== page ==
Medical facilities are joining the digital revolution. Thanks to a technology-based requirement of the American Recovery and Reinvestment Act, physicians’ offices and hospitals will use electronic health records.
The Health Information Technology Economic and Clinical Health (HITECH) Act was enacted as part of 2009’s recovery act and encourages health care facilities to adopt an electronic health record system to improve efficiency and patient privacy.
Patient information will be logged directly into computers, rather than kept in paper files.
Grant funding and reimbursements to medical facilities are available through Medicare and Medicaid as part of the provisions of the HITECH Act.
According to the Department of Health and Human Services, “incentives totaling as much as $27.4 billion over 10 years could be expended under the program.” In addition, $2 billion was allocated to the Office of the National Coordinator for Health Information Technology to provide training and technical help to health care facilities as they transition to electronic records.
If medical providers do not implement the electronic system by 2015, they may be penalized.
Initiative taking shape in Basin offices
Local doctors’ offices and the hospital say they already are implementing the paperless system.
Staff at Dr. Prem Salhotra’s office indicated they are transitioning to the new paperless system, while at Dr. Edith Jones-Poland’s office, they’ve been using the paperless system since Jones-Poland opened her office about four years ago.
Hi-Desert Medical Center is well under way in its transition to a paperless system and expects to complete the first phase of “meaningful use,” or what the initiative considers valid, purposeful implementation, by the end of this fiscal year.
HDMC expects the technological transition to cost about $2 million, which it will most likely be reimbursed for, under the provisions of the mandate.
At the hospital, the most recognizable outcome of the recovery act’s stipulation is the mobile computers now being used by nurses.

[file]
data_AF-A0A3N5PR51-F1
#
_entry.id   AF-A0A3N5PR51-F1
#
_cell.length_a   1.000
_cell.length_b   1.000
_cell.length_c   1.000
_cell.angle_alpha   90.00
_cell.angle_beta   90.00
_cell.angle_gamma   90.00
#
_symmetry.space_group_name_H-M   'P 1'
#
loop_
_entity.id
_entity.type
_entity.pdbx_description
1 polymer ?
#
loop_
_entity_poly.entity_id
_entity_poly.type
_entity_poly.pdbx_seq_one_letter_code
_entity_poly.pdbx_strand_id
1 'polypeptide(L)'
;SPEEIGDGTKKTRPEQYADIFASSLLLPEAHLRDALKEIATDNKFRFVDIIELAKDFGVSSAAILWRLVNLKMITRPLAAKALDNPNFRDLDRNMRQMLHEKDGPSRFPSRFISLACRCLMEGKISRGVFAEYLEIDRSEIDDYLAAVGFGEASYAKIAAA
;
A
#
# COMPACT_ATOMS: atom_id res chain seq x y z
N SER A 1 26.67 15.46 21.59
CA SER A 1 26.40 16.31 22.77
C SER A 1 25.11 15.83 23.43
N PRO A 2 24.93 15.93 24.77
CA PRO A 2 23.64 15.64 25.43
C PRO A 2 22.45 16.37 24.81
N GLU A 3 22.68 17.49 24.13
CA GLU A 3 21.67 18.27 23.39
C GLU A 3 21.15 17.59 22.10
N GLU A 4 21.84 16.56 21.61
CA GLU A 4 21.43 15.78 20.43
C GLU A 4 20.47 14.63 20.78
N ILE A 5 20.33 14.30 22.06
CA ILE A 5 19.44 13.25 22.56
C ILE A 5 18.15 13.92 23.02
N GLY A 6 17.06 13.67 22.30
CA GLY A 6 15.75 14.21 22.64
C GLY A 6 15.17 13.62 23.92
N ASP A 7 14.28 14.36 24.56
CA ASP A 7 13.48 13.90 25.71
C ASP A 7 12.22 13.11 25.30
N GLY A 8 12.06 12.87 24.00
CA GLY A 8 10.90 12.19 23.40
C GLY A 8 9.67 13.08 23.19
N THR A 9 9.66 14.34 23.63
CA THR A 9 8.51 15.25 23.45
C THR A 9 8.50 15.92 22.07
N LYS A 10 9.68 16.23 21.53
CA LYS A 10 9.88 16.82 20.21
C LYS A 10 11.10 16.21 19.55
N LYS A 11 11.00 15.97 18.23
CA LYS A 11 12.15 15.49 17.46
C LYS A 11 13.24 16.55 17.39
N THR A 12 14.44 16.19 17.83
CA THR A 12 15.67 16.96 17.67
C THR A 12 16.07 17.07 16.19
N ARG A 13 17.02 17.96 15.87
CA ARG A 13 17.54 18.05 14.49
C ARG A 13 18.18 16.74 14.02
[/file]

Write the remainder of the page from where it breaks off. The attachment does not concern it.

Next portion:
“We just brought up our operating room module, so the nurses in the operating room document everything electronically … they have computers on wheels,” Cindy Dietz, director of information technology at HDMC, said via telephone Monday.
“We recently put computers in every patient room and in October, our nurses will begin bedside medication verification,” Dietz noted. The process allows hospital staff to scan a patient’s armband for information about their medications. Software will also scan the medication against a patient’s records, indicating any allergies or medical alerts.
The electronic process is expected to streamline the daily operations of medical care facilities, increase patient confidentiality and improve the communication and transfer of information among facilities. It all comes with one hiccup: different offices and facilities may not use the same software, creating the potential for incompatible programs and the need for auxiliary interfaces to bridge the gap.
Technology issues aside, the transition is supposed to reduce not only paper waste, but the margin for human error as well.
“As you’re doing your assessment, it gives you some prompts to ask specific questions to be sure you didn’t miss anything,” Dietz added. “It’s all patient-safety driven. It helps you do some critical thinking æ I think it streamlines the nursing process.”
The mandate will reduce the margin for human error, but it will also increase the penalty for it.
The HITECH Act also increases the penalties health care providers may have to pay if they violate the Health Insurance Portability and Accountability Act.